In a highly technical legal maneuver, Houston requested a decision from the attorney general on whether the information could be withheld or not. The city then argued Kallinen and Kubosh could not sue to have the requested information released because they had to first exhaust their remedies with the attorney general. The high court rejected the city's claim.

"[Public information] requestors cannot be required to finish something they have no right to start," the justices wrote in a per curiam decision. "The requirement that a governmental body seek a ruling from the attorney general when withholding requested information is a check on the governmental body, not a remedy for the requestor to exhaust."

Non-profit groups, including Communities United Against Police Brutality, filed friend of the court briefs supporting Kallinen out of fear that the Houston precedent would be used to hide official misconduct.

"To require an attorney general ruling before a requestor may bring an action to compel the disclosure of public information constitutes a loophole, giving a governmental body a chance to avoid having to supply public information," the group wrote. "If a governmental body can delay supplying public information, this allows the temporary suppression of mistakes or irregularities that should be immediately open to the scrutiny of the press and the general public."

The justices remanded the case to the lower court for further proceedings. A copy of the ruling is available in a 70k PDF file at the source link below.

Source: Kallinen v. Houston (Texas Supreme Court, 3/20/2015)


By now, most people have heard about the deadly shooting of Walter Scott, unarmed, in South Carolina during a traffic stop.  The video is unambiguous, showing officer Michael Slager shooting Scott as he ran away, handcuffing the dying man, then planting a Taser on him after he died. But for a video that exposed the whole thing, Slager would have gotten away with murder like so many killer cops before him.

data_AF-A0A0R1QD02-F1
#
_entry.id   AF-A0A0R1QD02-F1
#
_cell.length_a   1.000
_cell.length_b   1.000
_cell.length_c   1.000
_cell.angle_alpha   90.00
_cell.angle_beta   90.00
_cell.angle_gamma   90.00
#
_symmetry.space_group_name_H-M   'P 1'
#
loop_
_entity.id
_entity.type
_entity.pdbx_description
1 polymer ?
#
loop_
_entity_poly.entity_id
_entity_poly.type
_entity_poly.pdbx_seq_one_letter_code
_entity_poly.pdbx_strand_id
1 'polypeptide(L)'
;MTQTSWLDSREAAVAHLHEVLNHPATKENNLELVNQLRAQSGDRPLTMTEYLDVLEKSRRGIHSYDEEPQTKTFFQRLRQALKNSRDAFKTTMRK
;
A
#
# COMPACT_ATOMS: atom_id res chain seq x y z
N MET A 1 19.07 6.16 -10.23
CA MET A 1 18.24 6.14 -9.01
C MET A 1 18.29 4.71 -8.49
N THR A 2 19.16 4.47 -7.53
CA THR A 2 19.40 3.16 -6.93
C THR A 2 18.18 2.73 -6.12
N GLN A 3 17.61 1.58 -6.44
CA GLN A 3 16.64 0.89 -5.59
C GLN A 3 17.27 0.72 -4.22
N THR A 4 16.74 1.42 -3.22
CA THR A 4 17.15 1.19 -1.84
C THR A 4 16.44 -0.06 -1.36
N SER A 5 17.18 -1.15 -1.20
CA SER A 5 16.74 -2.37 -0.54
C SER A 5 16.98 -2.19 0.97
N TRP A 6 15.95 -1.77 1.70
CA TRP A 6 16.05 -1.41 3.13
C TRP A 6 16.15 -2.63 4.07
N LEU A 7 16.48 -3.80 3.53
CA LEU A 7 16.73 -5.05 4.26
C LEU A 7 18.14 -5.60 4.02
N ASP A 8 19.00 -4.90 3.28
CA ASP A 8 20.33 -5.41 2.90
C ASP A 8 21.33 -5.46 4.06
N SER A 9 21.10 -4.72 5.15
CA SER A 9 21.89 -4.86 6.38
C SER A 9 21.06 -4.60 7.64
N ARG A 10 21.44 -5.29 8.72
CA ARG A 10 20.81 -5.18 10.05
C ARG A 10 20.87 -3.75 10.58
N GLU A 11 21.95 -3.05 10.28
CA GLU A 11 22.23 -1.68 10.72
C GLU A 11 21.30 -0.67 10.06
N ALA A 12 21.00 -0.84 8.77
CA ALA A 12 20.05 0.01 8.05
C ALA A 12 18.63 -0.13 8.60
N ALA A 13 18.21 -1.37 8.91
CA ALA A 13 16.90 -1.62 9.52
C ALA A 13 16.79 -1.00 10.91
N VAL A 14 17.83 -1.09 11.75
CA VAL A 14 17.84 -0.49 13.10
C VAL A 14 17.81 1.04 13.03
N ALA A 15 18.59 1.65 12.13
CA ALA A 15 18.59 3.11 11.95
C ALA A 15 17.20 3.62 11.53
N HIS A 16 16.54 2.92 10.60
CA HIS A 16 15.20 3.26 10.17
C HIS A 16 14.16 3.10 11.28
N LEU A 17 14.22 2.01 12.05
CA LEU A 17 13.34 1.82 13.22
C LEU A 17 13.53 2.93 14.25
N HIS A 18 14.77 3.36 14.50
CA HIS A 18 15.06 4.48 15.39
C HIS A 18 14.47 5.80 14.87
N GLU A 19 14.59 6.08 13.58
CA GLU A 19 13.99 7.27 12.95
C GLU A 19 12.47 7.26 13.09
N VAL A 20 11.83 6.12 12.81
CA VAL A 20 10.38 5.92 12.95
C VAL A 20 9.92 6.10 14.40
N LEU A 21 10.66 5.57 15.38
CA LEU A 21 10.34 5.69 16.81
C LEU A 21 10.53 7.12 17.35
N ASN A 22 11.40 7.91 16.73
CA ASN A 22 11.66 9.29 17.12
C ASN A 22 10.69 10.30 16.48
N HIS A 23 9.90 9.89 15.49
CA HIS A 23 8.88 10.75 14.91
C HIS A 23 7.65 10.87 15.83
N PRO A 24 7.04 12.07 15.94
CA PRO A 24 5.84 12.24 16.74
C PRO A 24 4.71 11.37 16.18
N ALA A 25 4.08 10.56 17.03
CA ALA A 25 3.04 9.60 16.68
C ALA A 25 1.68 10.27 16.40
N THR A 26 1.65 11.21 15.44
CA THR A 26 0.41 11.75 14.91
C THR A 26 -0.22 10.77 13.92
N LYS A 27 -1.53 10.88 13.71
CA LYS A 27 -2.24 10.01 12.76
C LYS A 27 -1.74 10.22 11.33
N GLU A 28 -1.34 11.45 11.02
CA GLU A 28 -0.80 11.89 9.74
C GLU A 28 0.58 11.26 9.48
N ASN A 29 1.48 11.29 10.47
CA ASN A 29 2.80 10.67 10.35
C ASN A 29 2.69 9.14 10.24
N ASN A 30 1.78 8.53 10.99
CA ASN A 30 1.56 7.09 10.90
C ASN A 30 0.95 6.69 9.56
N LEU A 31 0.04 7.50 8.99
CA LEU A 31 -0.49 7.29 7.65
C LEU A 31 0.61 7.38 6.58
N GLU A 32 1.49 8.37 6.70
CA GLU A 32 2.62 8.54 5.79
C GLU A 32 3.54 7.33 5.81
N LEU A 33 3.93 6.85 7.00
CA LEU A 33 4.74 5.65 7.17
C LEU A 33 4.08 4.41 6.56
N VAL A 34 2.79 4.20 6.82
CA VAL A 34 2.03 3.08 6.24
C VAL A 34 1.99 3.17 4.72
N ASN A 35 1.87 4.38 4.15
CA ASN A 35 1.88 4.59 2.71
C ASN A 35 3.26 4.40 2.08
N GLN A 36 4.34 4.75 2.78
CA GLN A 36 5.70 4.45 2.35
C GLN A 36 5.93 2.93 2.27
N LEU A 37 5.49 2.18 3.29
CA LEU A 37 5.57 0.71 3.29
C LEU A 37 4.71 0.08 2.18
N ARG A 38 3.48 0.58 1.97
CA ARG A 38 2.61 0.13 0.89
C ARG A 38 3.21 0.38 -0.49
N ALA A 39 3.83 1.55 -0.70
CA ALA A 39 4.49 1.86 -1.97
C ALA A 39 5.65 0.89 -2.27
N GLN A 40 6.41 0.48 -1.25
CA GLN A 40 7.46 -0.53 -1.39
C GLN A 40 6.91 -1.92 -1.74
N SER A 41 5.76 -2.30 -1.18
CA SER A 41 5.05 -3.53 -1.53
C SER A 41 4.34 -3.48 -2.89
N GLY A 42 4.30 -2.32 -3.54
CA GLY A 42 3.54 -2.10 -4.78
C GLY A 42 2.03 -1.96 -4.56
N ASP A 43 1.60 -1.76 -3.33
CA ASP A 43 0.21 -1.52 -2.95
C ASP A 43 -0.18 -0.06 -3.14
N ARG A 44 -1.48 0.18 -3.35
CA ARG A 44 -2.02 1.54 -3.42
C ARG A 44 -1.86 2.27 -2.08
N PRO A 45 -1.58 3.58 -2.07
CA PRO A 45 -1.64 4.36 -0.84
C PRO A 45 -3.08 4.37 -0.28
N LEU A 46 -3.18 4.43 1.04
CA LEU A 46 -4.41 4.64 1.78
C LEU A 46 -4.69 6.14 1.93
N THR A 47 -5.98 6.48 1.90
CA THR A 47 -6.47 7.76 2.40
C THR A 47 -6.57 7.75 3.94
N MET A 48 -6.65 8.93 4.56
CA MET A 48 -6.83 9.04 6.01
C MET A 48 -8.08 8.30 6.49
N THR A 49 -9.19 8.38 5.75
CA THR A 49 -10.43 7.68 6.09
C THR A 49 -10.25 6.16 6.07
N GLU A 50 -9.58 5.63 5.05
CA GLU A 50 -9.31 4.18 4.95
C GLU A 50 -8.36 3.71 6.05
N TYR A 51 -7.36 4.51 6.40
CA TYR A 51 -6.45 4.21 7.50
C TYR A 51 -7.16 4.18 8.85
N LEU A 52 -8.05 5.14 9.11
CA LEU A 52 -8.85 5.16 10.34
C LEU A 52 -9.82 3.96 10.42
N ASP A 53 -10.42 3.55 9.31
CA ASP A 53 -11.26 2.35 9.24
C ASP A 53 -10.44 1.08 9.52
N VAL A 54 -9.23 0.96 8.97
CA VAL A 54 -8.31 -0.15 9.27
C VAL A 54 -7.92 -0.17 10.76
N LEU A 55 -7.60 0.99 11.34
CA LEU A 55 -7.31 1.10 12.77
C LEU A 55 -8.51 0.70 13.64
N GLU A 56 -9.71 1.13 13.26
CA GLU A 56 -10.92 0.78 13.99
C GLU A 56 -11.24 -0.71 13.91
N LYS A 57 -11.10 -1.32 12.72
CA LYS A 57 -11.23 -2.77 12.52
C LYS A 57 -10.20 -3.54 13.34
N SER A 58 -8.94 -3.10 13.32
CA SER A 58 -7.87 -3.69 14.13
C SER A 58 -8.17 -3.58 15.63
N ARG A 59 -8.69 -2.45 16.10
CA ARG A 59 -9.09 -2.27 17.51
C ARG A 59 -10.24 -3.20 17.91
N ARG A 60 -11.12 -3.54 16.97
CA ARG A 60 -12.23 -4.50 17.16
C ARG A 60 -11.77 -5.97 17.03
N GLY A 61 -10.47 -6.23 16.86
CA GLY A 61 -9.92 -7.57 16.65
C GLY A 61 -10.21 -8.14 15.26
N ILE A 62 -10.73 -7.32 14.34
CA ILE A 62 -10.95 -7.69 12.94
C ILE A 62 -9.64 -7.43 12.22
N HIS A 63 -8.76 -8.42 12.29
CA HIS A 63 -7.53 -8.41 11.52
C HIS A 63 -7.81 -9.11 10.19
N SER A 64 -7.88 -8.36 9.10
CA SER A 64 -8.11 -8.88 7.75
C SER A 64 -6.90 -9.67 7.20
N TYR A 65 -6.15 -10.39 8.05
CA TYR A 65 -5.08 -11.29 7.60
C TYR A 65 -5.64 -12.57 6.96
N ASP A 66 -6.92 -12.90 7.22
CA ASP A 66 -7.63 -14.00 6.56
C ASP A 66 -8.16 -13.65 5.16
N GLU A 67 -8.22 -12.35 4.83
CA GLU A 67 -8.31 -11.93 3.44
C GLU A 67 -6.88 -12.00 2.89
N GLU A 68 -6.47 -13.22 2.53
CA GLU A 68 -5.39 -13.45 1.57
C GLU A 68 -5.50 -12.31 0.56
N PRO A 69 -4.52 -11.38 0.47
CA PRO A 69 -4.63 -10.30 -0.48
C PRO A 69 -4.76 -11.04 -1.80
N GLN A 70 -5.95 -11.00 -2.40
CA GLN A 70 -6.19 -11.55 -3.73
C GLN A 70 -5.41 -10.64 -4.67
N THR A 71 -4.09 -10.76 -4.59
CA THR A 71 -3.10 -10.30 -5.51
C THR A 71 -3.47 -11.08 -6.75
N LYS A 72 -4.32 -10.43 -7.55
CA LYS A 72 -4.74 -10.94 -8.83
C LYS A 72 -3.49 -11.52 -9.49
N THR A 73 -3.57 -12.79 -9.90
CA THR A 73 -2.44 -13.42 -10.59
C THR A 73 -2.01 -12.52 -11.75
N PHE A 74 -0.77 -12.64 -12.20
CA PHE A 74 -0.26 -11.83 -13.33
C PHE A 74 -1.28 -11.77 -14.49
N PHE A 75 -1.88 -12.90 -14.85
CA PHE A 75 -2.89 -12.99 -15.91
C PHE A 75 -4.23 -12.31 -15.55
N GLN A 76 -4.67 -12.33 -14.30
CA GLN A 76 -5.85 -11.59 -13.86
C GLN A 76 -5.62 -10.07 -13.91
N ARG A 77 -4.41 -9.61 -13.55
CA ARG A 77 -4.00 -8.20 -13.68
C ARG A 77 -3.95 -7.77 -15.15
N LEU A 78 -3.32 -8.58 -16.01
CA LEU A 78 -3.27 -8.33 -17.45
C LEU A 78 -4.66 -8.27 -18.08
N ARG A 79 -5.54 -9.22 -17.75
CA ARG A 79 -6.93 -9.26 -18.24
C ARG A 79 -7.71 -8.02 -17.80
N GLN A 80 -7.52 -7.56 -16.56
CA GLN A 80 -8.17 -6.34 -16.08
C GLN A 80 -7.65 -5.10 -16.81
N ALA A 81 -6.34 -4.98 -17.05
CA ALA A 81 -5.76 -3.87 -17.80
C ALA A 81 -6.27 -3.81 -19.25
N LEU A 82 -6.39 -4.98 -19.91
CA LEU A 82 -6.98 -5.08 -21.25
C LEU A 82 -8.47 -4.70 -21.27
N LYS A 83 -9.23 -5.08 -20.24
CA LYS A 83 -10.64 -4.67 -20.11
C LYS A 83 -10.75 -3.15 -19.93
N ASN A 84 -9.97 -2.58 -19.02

Walter Scott's Killing Is a Direct Result of the State of Policing in America Today
By Ezekiel Edwards
April 10, 2015

It's déjà vu. And it's also a nightmare.

Police gunning down unarmed black men and boys is an American horror film that keeps getting replayed. Except that it isn't a movie you can turn off: It's a painful, outrageous, and unacceptable reality.

The latest iteration is the shooting of Walter Scott -- pulled over for a traffic violation, and who allegedly owed child support -- by a South Carolina police officer. As Scott ran away from the officer, four bullets slammed into his back and one hit his ear. After the shooting, the officer walked calmly over to Mr. Scott's body, lying in the grass -- and then, for good measure, handcuffed him.